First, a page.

Kate Nash, Guest Professor at Stockholm University’s Department of Media Studies, gave a Public Lecture on 14 November, 2017. Organized and sponsored by the Leading Research Environment “Global Media Studies and the Politics of Mediated Communication” (Director: Miyase Christensen), the event addressed the need for a cultural politics of human rights.
In her lecture, introduced by Associate Professor Anna Roosvall, Kate Nash situated the promise of human rights within the context of globalisation and what she termed the ongoing institutionalisation of cosmopolitan law, and discussed the role of mediated frames in the construction of a culture of human rights.
According to Nash, media is the most significant site of the cultural politics of human rights. Because representations of human rights in mainstream media are nationally framed, they compromise the way that the public learn about the issues reported, e.g. abuses and violations. Nash noted that a great deal of hope has been placed in digital media, considered to have the potential to transcend national frames in terms of delivering information and promoting participation, and wondered how justified this hope is in relation to realising human rights.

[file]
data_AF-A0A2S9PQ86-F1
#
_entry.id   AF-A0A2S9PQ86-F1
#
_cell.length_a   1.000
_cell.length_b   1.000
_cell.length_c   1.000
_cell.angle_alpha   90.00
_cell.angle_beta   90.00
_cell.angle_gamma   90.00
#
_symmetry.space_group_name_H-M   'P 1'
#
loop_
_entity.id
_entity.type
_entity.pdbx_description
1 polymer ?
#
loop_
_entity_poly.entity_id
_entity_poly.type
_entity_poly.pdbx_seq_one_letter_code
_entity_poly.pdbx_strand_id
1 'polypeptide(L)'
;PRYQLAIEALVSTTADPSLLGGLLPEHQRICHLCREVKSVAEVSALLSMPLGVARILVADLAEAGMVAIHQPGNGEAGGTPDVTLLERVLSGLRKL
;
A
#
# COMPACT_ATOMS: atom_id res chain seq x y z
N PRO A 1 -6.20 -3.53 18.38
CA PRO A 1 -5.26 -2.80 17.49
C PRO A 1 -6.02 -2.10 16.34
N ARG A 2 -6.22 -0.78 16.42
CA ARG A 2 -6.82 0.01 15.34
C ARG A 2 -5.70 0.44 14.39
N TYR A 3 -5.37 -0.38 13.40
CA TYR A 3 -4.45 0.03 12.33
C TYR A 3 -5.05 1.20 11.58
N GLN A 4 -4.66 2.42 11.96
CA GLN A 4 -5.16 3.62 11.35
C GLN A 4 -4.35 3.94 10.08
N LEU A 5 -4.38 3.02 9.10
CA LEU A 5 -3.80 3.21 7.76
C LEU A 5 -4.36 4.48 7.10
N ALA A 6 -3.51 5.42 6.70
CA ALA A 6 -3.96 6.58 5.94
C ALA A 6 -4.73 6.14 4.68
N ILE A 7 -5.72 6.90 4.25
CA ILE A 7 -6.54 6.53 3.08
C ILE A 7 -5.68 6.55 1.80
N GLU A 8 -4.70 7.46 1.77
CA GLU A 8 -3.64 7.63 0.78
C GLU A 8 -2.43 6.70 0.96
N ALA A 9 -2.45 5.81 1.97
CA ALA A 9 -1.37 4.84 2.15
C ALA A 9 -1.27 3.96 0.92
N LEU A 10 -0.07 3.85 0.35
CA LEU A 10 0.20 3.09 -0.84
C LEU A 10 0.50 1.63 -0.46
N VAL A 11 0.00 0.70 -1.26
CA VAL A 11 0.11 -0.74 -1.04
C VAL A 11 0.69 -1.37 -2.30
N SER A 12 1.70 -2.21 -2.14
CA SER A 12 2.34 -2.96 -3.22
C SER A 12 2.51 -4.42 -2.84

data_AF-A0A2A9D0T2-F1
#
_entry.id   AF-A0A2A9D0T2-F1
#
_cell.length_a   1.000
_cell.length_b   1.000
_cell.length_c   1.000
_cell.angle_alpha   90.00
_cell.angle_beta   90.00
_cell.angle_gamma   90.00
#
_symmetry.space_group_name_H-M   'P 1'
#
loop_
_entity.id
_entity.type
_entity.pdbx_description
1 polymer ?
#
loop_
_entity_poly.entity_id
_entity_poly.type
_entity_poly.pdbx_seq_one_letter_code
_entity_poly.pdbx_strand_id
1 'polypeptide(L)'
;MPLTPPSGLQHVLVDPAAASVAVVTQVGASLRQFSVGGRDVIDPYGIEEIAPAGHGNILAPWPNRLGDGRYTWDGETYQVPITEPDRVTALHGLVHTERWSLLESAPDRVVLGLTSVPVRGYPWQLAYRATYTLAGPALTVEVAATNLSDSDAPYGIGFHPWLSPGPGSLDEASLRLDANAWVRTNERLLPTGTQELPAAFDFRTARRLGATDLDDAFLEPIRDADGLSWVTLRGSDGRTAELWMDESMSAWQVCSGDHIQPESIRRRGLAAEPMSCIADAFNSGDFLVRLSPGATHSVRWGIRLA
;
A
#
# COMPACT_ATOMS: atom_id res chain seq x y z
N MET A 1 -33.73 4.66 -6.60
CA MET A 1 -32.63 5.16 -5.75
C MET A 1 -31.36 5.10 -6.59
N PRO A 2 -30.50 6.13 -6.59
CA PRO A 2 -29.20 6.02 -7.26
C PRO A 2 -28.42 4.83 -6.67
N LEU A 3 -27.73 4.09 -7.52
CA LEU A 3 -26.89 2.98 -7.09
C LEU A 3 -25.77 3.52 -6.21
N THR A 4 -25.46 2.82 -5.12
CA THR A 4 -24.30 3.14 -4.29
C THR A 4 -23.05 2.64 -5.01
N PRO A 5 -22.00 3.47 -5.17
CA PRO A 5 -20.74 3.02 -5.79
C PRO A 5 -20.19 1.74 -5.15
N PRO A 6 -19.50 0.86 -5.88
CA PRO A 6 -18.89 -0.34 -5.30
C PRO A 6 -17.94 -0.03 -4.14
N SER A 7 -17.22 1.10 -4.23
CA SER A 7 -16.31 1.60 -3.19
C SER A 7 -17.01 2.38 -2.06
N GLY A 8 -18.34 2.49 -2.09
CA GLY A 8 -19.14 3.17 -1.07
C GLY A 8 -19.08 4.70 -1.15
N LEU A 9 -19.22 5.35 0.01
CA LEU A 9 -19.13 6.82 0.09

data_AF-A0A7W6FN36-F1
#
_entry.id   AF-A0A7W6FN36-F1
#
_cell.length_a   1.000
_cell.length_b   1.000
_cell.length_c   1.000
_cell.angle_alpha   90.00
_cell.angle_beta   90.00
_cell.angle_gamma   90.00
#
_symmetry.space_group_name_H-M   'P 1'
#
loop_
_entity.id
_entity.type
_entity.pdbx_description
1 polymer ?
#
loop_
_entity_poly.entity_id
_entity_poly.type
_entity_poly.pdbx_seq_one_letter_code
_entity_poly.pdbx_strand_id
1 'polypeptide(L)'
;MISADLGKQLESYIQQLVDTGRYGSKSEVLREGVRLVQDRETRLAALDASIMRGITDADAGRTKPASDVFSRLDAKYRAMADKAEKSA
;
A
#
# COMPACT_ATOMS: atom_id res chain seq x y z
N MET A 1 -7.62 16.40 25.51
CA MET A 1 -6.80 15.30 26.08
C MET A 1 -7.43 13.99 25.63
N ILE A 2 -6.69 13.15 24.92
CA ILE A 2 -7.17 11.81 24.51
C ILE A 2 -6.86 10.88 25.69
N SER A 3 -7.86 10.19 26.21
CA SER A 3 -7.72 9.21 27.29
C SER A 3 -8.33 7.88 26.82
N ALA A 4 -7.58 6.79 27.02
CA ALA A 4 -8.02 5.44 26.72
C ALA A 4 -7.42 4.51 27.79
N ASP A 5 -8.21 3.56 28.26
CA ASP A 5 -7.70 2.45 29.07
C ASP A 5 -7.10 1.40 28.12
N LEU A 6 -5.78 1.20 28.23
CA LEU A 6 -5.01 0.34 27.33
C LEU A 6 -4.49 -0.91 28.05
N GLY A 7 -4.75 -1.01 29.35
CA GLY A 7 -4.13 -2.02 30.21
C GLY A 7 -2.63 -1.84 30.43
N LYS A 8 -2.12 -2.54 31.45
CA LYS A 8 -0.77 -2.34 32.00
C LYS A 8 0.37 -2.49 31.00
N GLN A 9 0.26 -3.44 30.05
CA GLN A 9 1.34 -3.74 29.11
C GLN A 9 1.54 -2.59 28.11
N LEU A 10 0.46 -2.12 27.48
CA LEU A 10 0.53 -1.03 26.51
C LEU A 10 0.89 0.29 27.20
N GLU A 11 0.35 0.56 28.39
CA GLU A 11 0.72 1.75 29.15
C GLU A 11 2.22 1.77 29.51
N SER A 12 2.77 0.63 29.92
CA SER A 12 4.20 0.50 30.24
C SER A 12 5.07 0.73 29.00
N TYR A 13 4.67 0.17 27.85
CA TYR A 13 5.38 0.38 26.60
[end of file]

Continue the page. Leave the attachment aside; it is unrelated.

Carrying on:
According to Nash, there are no technocratic, legal or digital fixes that will lead to the realisation of human rights, inasmuch as these rights are structured in such a way that they can never be fixed or determinate. On the contrary: they are always interpreted and contested. Given their inherently political nature, we need to consider human rights as a matter of cultural politics through which rights issues an be articulated and actively engaged with, rather than presuming that a culture of human rights, implying a set of processes is in place, exists.